Elizabeth Mayhew's bedroom painted with Benjamin Moore's Gray Owl paint. (Annie Schlechter/ANNIE SCHLECHTER)

I, unlike everyone I know, have not read the steamy blockbuster “50 Shades of Grey” by E.L. James, but my current decorating project has the title words ringing through my mind every time I walk in the door.

The project is an old cheese factory, which my husband and I, with the help of our architect, Gil Schafer, have turned into our family home in Dutchess County, N.Y. The house is nearing completion and the rooms (all save one) have just been freshly painted gray. Not the same gray, mind you, but seven different shades that range from stormy to serene.

This is not the first time I have gone gray. I have lived with Benjamin Moore Gray Owl walls in every bedroom I have had in my adult life. The color is soothing and less predictable than a blue would be (blue is the most popular bedroom color) and it is incredibly adaptable. It is pale enough that in bright light it looks white, yet in average light it has enough pigment that it reads as a color.

Note: I am not a paid spokeswoman for Benjamin Moore. It just so happens that I have always used their paints. I have never been let down by their selection or quality.

I have recommended Gray Owl to countless confused paint shoppers, and not one has ever been disappointed. One friend liked it so much she ended up using it in every room of her house. I understand why: It’s the perfect choice if you are, as I currently am, uncommitted to a full decorating scheme, because it goes with everything. So I ended up painting the bulk of the aforementioned cheese factory Gray Owl, which started me on my gray odyssey.

Mayhew's bedroom painted with Benjamin Moore's Gray Owl paint. (Annie Schlechter/ANNIE SCHLECHTER)

For other rooms, a cozier gray was required. My husband’s office needed to say, “I am serious,” in that charcoal-suit kind of way, so I chose Benjamin Moore’s Chelsea Gray. Now framed in crisp white trim, this darker and more ominous gray looks smart and fresh.

The color was so successful that I borrowed it for the kitchen cabinets, because in the kitchen, I wanted to say, “I am serious, too!” Surrounded by white subway tiles and topped with honed Carrera marble countertops, the gray cabinets gave the otherwise predictably classic kitchen a stylish lift.

Our family room also begged to be dark and cozy, but because I had already committed to a fabric (Robert Kime’s Indian Pear Blue), the gray tone had to have a bit of a blue cast. After some trial and error, (Always buy sample paint pots and test swatches!) I settled on Benjamin Moore’s Whale Gray. Aptly named, the color has that bluish-gray tone that one associates with the world’s largest mammal.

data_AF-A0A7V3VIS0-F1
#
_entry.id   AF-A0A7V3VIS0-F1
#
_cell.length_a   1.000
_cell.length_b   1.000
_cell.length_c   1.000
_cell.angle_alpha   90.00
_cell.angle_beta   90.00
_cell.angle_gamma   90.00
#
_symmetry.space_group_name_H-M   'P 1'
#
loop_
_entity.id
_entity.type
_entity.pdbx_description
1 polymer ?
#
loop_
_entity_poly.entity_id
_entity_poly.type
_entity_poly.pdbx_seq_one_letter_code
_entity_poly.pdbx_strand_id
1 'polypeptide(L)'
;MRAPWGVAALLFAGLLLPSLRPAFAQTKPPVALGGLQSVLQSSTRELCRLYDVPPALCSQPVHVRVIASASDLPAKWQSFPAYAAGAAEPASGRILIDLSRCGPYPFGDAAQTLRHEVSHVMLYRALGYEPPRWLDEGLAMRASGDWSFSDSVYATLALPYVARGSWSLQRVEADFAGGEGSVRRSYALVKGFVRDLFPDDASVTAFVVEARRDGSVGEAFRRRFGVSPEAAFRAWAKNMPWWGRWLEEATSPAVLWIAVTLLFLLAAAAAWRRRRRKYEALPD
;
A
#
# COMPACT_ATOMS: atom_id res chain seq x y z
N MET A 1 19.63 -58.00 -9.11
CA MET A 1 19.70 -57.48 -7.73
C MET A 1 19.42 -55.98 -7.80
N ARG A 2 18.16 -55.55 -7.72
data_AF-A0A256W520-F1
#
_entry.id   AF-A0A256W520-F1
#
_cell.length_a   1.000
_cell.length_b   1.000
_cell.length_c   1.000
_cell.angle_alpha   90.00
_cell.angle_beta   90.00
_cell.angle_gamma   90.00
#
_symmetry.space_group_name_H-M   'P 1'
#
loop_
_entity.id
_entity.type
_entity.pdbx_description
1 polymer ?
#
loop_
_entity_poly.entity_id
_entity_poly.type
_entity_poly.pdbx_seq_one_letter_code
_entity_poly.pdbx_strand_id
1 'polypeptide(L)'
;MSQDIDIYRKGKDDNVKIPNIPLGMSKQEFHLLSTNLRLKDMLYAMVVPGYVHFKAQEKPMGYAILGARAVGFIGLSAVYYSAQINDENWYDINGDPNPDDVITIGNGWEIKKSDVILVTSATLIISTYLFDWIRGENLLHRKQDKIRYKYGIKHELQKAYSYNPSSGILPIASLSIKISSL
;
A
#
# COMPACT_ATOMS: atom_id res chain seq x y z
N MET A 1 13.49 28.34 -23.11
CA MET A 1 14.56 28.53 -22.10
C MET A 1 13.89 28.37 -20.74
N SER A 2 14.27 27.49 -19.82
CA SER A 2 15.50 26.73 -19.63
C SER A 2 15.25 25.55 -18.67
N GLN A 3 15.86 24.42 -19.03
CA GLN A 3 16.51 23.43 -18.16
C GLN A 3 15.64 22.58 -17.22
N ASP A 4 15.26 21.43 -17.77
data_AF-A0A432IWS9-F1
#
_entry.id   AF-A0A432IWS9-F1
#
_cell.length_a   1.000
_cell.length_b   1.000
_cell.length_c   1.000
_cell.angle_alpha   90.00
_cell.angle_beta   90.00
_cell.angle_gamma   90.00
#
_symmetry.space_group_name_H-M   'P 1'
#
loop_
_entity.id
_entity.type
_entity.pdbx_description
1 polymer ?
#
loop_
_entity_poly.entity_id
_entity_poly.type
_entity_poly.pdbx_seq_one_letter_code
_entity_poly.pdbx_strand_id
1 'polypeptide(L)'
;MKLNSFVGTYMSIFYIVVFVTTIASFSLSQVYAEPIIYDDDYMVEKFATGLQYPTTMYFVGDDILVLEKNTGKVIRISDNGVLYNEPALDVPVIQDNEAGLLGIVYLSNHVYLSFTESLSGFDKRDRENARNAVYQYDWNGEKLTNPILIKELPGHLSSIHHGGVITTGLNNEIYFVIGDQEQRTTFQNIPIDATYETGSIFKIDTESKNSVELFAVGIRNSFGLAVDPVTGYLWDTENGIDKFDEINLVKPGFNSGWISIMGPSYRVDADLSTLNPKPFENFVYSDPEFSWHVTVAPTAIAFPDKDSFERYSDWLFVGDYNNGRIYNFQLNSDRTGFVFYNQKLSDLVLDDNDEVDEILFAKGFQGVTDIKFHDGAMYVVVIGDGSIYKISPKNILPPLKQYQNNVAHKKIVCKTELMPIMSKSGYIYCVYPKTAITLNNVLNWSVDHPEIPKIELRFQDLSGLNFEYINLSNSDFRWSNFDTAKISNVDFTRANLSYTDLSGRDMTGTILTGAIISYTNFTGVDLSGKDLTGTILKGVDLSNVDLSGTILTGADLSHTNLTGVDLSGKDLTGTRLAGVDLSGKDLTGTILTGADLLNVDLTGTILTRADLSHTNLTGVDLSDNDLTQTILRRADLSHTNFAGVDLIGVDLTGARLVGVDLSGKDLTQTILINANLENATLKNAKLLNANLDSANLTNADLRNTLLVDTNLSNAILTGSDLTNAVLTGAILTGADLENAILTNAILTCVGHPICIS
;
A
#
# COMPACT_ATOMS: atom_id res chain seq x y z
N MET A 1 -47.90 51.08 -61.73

If there is one thing you learn about painting a whole house, it’s that the colors have to flow from one room to the next, which isn’t hard to do if you are sticking to all gray tones. However, my son’s bedroom is the one room in the house that is not painted gray, but rather Benjamin Moore’s Army Green. So for his bathroom, I had to find a shade that bridged the color of his bedroom and the Gray Owl hall. The solution was Benjamin Moore’s Horizon Gray, which has a greenish tone. The color also complemented his bathroom’s ceramic tile floor, which looks like slate and has several earthy green undertones.

Other Benjamin Moore grays I used in the house: Coventry Gray for the trim, doors and paneling in the master bathroom, which has a definite Swedish Gustavian quality, Revere Pewter for the walls in a vestibule and hall, which reads more as a taupe, and lastly Gentleman’s Gray on the powder room walls, which is really more of a deep peacock blue — an ideal backdrop for the room’s nickel fixtures.

I have been exposed to so many paint colors that I have reached color overload. But more than that, gray is the right color for right now. Gray lets you commit without really committing. It’s versatile and ambiguous. It’s the middle of the road between modern and traditional, formal and relaxed. Best of all, gray is adaptable to all color schemes; just like a gray skirt or pair of pants, it goes with everything.

So in an age when our style can change as quickly as our Facebook status, gray provides the perfect backdrop. Pink pillows today, emerald green tomorrow, but gray walls for now.

Mayhew, a “Today” show style expert and former magazine editor, is the author of “Flip! for Decorating.”

Chat Thursday at 11 a.m. Mayhew joins Jura Koncius for our weekly online Q&A. Submit your questions.